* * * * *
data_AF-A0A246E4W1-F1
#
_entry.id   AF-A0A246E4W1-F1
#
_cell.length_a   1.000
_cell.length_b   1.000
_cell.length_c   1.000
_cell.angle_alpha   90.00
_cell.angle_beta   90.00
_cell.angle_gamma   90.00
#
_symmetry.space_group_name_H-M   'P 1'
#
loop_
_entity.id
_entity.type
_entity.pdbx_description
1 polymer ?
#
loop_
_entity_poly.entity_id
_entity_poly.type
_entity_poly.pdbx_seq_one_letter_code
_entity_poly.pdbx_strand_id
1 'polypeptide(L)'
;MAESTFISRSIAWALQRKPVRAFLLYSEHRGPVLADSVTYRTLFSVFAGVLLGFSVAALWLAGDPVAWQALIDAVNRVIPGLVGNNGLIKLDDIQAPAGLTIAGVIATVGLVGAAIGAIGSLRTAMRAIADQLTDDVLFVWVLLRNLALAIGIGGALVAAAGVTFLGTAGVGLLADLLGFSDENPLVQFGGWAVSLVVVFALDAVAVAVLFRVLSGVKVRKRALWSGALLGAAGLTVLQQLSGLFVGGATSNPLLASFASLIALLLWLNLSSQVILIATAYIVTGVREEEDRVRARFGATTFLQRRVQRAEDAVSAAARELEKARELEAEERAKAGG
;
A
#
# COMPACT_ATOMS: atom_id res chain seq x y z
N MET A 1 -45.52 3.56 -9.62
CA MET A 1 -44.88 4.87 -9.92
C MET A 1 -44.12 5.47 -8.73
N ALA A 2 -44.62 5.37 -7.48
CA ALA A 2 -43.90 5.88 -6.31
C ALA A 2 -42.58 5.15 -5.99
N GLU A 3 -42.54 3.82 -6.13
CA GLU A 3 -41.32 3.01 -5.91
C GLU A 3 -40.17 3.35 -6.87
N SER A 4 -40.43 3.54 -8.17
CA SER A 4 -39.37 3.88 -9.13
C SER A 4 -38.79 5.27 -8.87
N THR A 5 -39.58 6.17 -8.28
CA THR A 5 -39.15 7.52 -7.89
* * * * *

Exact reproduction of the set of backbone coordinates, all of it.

data_AF-A0A246E4W1-F1
#
_entry.id   AF-A0A246E4W1-F1
#
_cell.length_a   1.000
_cell.length_b   1.000
_cell.length_c   1.000
_cell.angle_alpha   90.00
_cell.angle_beta   90.00
_cell.angle_gamma   90.00
#
_symmetry.space_group_name_H-M   'P 1'
#
loop_
_entity.id
_entity.type
_entity.pdbx_description
1 polymer ?
#
loop_
_entity_poly.entity_id
_entity_poly.type
_entity_poly.pdbx_seq_one_letter_code
_entity_poly.pdbx_strand_id
1 'polypeptide(L)'
;MAESTFISRSIAWALQRKPVRAFLLYSEHRGPVLADSVTYRTLFSVFAGVLLGFSVAALWLAGDPVAWQALIDAVNRVIPGLVGNNGLIKLDDIQAPAGLTIAGVIATVGLVGAAIGAIGSLRTAMRAIADQLTDDVLFVWVLLRNLALAIGIGGALVAAAGVTFLGTAGVGLLADLLGFSDENPLVQFGGWAVSLVVVFALDAVAVAVLFRVLSGVKVRKRALWSGALLGAAGLTVLQQLSGLFVGGATSNPLLASFASLIALLLWLNLSSQVILIATAYIVTGVREEEDRVRARFGATTFLQRRVQRAEDAVSAAARELEKARELEAEERAKAGG
;
A
#
# COMPACT_ATOMS: atom_id res chain seq x y z
N MET A 1 -45.52 3.56 -9.62
CA MET A 1 -44.88 4.87 -9.92
C MET A 1 -44.12 5.47 -8.73
N ALA A 2 -44.62 5.37 -7.48
CA ALA A 2 -43.90 5.88 -6.31
C ALA A 2 -42.58 5.15 -5.99
N GLU A 3 -42.54 3.82 -6.13
CA GLU A 3 -41.32 3.01 -5.91
C GLU A 3 -40.17 3.35 -6.87
N SER A 4 -40.43 3.54 -8.17
CA SER A 4 -39.37 3.88 -9.13
C SER A 4 -38.79 5.27 -8.87
N THR A 5 -39.58 6.17 -8.28
CA THR A 5 -39.15 7.52 -7.89